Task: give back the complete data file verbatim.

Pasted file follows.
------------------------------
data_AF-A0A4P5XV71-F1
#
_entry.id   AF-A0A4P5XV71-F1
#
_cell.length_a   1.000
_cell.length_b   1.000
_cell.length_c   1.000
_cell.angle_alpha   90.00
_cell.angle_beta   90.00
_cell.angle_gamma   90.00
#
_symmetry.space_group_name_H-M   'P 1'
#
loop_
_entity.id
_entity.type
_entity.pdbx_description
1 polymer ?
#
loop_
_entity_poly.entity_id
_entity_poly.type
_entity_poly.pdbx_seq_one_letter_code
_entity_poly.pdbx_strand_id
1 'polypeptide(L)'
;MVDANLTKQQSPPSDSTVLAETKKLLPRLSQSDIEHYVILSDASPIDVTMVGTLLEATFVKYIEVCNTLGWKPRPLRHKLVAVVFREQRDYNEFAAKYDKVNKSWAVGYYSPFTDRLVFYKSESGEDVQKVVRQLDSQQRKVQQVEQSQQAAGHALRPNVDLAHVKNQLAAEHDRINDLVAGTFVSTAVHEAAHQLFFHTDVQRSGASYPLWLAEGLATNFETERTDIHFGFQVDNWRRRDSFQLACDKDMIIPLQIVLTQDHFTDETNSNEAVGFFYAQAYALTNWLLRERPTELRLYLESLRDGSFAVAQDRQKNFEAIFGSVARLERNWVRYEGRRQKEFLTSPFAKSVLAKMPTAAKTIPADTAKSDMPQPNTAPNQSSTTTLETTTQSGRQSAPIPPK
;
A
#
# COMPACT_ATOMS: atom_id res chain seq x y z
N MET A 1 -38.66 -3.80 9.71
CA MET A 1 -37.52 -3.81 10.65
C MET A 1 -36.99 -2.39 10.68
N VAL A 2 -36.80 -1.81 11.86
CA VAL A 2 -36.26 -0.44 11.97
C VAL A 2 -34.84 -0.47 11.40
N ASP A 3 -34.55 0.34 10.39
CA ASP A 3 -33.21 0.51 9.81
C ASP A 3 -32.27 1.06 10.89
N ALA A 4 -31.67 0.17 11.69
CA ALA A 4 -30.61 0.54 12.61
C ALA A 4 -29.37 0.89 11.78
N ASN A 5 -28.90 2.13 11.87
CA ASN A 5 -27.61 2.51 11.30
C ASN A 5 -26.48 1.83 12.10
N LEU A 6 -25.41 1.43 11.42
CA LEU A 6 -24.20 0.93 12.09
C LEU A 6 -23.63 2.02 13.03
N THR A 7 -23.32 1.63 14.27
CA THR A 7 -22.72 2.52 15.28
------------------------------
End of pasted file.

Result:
data_AF-A0A4P5XV71-F1
#
_entry.id   AF-A0A4P5XV71-F1
#
_cell.length_a   1.000
_cell.length_b   1.000
_cell.length_c   1.000
_cell.angle_alpha   90.00
_cell.angle_beta   90.00
_cell.angle_gamma   90.00
#
_symmetry.space_group_name_H-M   'P 1'
#
loop_
_entity.id
_entity.type
_entity.pdbx_description
1 polymer ?
#
loop_
_entity_poly.entity_id
_entity_poly.type
_entity_poly.pdbx_seq_one_letter_code
_entity_poly.pdbx_strand_id
1 'polypeptide(L)'
;MVDANLTKQQSPPSDSTVLAETKKLLPRLSQSDIEHYVILSDASPIDVTMVGTLLEATFVKYIEVCNTLGWKPRPLRHKLVAVVFREQRDYNEFAAKYDKVNKSWAVGYYSPFTDRLVFYKSESGEDVQKVVRQLDSQQRKVQQVEQSQQAAGHALRPNVDLAHVKNQLAAEHDRINDLVAGTFVSTAVHEAAHQLFFHTDVQRSGASYPLWLAEGLATNFETERTDIHFGFQVDNWRRRDSFQLACDKDMIIPLQIVLTQDHFTDETNSNEAVGFFYAQAYALTNWLLRERPTELRLYLESLRDGSFAVAQDRQKNFEAIFGSVARLERNWVRYEGRRQKEFLTSPFAKSVLAKMPTAAKTIPADTAKSDMPQPNTAPNQSSTTTLETTTQSGRQSAPIPPK
;
A
#
# COMPACT_ATOMS: atom_id res chain seq x y z
N MET A 1 -38.66 -3.80 9.71
CA MET A 1 -37.52 -3.81 10.65
C MET A 1 -36.99 -2.39 10.68
N VAL A 2 -36.80 -1.81 11.86
CA VAL A 2 -36.26 -0.44 11.97
C VAL A 2 -34.84 -0.47 11.40
N ASP A 3 -34.55 0.34 10.39
CA ASP A 3 -33.21 0.51 9.81
C ASP A 3 -32.27 1.06 10.89
N ALA A 4 -31.67 0.17 11.69
CA ALA A 4 -30.61 0.54 12.61
C ALA A 4 -29.37 0.89 11.78
N ASN A 5 -28.90 2.13 11.87
CA ASN A 5 -27.61 2.51 11.30
C ASN A 5 -26.48 1.83 12.10
N LEU A 6 -25.41 1.43 11.42
CA LEU A 6 -24.20 0.93 12.09
C LEU A 6 -23.63 2.02 13.03
N THR A 7 -23.32 1.63 14.27
CA THR A 7 -22.72 2.52 15.28